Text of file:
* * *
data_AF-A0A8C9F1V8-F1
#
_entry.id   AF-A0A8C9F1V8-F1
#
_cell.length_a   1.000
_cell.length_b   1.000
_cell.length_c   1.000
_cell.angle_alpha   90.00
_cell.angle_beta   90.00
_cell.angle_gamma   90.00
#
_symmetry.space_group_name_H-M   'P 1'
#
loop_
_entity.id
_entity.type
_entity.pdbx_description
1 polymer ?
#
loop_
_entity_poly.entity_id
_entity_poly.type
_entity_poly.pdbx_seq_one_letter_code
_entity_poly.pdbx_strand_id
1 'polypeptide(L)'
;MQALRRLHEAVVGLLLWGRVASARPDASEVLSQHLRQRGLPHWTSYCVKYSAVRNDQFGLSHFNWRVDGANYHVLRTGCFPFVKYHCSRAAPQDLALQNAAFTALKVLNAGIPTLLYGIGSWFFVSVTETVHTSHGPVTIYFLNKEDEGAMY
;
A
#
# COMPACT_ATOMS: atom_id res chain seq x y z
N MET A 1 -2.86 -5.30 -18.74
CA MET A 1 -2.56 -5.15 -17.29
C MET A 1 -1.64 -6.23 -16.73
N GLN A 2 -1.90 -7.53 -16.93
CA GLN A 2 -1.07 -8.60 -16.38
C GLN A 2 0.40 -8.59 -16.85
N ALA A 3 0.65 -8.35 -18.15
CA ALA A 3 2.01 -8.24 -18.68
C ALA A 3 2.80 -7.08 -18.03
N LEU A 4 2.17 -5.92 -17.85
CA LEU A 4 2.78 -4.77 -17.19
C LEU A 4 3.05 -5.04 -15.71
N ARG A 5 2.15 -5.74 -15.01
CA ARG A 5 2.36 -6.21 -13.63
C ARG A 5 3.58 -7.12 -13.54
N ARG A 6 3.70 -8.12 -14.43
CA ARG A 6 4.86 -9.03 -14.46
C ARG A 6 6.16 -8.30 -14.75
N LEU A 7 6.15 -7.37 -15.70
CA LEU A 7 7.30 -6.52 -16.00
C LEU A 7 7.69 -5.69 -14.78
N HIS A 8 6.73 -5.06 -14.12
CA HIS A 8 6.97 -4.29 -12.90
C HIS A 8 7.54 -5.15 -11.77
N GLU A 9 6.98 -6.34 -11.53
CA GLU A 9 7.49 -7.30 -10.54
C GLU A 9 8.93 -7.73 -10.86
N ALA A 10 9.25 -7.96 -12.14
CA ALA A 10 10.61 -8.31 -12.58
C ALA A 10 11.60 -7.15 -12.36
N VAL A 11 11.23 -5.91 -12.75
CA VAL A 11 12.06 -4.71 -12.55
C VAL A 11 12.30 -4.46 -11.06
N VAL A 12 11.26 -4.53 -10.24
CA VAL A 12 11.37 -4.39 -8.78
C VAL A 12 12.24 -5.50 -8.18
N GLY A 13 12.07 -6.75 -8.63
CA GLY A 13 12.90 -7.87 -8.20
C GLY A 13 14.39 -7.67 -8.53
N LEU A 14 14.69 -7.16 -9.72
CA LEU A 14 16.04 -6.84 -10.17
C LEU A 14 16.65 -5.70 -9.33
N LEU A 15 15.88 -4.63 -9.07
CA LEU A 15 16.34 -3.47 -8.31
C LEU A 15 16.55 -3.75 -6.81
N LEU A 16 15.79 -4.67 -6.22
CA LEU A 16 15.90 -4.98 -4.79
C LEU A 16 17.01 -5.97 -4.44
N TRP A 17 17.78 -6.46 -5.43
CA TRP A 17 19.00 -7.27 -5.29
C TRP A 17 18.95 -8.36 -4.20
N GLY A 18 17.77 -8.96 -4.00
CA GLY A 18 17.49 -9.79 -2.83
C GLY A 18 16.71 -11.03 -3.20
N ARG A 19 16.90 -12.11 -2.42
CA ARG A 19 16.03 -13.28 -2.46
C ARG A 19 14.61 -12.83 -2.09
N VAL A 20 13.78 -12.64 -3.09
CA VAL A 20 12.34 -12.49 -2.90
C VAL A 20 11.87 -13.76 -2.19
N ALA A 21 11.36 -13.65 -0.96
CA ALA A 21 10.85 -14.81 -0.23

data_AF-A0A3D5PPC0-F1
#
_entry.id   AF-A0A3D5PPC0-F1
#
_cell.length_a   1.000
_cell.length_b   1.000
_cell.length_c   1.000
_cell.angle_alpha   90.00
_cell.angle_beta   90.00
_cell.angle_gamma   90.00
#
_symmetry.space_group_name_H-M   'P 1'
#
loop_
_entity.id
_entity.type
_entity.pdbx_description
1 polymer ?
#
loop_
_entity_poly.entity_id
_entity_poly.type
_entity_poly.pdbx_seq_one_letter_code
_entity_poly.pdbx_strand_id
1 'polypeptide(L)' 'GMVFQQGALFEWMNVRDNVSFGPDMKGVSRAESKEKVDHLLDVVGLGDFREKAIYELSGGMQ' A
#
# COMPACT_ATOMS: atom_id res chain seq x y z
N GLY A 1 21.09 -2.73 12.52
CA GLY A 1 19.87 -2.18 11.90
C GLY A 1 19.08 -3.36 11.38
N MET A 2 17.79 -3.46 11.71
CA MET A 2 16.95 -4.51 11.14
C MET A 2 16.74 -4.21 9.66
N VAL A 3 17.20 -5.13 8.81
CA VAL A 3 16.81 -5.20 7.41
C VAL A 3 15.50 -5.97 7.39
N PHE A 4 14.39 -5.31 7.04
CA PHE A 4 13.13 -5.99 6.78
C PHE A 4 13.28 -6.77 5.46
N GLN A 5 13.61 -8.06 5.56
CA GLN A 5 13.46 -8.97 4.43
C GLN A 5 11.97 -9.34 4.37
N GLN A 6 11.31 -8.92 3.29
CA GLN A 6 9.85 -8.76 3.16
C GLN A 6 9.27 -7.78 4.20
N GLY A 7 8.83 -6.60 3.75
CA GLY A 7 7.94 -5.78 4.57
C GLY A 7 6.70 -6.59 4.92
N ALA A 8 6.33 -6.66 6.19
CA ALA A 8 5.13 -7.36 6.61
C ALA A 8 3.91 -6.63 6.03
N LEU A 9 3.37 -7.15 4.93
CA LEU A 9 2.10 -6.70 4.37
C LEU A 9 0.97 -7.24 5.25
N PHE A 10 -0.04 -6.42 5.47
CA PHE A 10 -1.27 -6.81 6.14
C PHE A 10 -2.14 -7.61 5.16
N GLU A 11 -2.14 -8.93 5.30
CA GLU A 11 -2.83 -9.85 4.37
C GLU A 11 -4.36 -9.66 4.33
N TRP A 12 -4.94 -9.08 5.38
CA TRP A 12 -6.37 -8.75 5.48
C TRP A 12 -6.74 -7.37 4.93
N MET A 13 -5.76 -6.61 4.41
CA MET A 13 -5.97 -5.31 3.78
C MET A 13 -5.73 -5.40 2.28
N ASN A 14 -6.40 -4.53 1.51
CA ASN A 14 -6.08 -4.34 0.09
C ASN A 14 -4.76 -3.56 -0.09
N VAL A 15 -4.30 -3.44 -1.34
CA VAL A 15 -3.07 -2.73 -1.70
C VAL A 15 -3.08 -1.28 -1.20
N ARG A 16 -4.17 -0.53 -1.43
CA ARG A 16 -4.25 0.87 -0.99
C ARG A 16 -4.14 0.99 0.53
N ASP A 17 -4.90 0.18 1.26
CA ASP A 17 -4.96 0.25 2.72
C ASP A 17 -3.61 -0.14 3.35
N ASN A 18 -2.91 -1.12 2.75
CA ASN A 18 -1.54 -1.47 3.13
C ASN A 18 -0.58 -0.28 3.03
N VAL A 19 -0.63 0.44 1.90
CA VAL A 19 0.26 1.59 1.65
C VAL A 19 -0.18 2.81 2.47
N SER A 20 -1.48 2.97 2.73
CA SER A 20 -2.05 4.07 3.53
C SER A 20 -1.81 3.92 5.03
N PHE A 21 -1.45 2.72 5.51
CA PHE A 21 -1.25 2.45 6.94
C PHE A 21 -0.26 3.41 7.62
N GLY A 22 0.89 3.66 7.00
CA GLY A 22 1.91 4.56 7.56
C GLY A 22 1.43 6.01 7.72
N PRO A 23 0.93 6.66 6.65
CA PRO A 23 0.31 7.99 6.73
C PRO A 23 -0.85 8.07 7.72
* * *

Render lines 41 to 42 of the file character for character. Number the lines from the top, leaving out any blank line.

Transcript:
CA LEU A 4 2.78 -4.77 -17.19
C LEU A 4 3.05 -5.04 -15.71